Announcing the ban on Monday, Second Minister for Home Affairs S Iswaran said details of the ban, such as exactly what time it would apply and what geographical area it would cover, would be worked out by the police. (Agencies)
Though it was too early to say definitively what caused the riot, which was triggered after a fatal traffic accident, it is "plausible that alcohol consumption was a contributory factor", The Straits Times quoted the Minister as saying.
"And that is why we have taken this step in the first instance in order to stabilize the situation," stressed Iswaran after visiting the area last evening.
Transport Minister and Member of Parliament for the area,
Lui Tuck Yew, said that he has wanted curbs on the sale of alcohol in the area for some time, after seeing the proliferation of liquor licences there.
"I know my residents will fully support this immediate measure," he said.
Lui and Iswaran visited the area on Monday, during which they spoke to shopkeepers there. Meanwhile, flowers, as a respect, were laid on road curbs at the spot along Race Course Road on Monday where the 33-year old Indian national died in an accident with the bus.
Local media reports said Sakthivel Kumaravelu was drunk when he forcefully boarded an already full bus. He was told to get off the bus when he misbehaved.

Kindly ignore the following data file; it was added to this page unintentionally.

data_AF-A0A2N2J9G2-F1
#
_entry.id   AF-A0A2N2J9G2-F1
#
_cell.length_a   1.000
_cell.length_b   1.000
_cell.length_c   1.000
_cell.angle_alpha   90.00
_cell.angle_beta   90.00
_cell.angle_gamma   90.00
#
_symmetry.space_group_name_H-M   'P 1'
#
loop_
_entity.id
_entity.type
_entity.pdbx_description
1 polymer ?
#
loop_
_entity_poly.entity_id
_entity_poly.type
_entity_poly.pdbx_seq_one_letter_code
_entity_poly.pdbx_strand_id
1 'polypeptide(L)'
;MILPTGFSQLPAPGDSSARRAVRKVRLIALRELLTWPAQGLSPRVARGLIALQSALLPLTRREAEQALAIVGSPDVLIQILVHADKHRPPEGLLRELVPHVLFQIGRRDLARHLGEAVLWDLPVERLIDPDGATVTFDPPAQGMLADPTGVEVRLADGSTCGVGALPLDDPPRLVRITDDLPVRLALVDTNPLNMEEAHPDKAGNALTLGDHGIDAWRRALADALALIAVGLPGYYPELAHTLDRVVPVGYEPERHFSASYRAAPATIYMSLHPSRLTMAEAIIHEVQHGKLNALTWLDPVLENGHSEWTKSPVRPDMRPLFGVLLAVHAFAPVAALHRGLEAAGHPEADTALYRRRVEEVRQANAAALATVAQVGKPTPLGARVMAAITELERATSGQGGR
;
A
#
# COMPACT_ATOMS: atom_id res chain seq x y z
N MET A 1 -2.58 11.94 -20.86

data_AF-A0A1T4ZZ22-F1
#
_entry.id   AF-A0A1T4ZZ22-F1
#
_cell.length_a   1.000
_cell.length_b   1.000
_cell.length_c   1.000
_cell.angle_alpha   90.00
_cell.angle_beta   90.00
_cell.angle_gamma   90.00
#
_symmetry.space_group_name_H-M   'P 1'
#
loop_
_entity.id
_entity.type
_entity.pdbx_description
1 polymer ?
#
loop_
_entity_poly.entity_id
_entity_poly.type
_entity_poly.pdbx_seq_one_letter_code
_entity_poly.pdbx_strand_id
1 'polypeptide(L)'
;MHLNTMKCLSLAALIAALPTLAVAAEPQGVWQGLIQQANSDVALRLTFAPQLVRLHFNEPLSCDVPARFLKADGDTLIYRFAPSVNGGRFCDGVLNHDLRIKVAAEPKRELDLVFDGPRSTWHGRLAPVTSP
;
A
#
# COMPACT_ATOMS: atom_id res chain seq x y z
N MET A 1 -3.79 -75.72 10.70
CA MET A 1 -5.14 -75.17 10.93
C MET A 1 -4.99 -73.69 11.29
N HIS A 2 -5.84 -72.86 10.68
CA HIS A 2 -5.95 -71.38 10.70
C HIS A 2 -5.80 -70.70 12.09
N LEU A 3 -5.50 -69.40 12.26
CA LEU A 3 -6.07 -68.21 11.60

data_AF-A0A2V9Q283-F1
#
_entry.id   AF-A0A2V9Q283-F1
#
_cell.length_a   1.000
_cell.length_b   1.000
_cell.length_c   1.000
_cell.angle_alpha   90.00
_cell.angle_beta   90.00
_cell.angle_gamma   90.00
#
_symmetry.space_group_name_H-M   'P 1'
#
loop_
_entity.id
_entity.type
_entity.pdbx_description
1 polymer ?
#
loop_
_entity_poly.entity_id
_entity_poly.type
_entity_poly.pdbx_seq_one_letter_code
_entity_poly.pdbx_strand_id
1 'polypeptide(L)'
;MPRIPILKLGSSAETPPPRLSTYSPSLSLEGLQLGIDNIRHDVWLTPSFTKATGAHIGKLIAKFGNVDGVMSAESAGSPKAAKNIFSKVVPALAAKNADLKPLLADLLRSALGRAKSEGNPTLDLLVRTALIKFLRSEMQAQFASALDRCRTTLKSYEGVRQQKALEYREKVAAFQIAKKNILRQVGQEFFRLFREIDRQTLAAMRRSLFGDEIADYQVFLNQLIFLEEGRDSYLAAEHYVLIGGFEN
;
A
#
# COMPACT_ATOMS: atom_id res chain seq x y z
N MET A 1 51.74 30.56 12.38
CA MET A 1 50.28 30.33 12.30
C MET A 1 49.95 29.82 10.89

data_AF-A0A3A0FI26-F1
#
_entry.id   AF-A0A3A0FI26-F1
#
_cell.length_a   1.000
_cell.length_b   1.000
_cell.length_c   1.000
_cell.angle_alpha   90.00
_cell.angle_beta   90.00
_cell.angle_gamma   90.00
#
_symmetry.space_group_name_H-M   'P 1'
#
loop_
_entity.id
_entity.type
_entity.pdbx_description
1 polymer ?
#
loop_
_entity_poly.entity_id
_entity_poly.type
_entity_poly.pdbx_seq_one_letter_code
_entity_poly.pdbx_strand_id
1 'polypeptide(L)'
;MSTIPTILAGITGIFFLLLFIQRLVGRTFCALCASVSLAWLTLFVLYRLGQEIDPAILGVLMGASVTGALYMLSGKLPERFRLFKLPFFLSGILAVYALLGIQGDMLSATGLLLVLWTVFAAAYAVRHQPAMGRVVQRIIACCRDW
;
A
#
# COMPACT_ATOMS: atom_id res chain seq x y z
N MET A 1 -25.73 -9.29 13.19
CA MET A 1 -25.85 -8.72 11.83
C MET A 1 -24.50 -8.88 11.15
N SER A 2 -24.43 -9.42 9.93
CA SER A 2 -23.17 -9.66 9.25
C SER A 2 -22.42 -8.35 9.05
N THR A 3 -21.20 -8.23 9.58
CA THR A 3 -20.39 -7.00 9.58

According to illustrations in The Straits Times, Kumaravelu got off the bus but was pinned under the rear left wheel when the vehicle made a left turn.
Police's rescue team trying to extricate Kumaravelu’s body was attacked by the crowd gathered around the scene. The crowd grew boisterous and lobbed bottles, chairs and projectiles at the rescue crew, hindering their work. The Straits Times also reported citing Begali newspaper Banglar Kantha editor AKM Mohsin as saying that the construction work fell over at the Race Course Road and Tekka Lane junction.
Shortly after, in front of a crowd of other workers, Kumaravelu was run over by the bus, according to the report in The Straits Times.
As tensions rose, the mob of about 400 South Asians, cheered, whistled and yelled vulgarities in Tamil, according to media reports.
Meanwhile, the bus driver, who had been regularly plying workers from their dormitories to Little India and back, was in a state of shock. The driver, known as Lim and by common name Ah Huat, was attacked by people throwing stones at him. The 55-year old driver had injuries to his head, arms, back and legs, the Singapore daily reported citing the driver’s daughter.
The bus was to take the workers including Kumaravelu to their dormitory in the Jurong industrial estate on western part of Singapore.
Announcing the ban on Monday, Second Minister for Home Affairs S Iswaran said details of the ban, such as exactly what time it would apply and what geographical area it would cover, would be worked out by the police.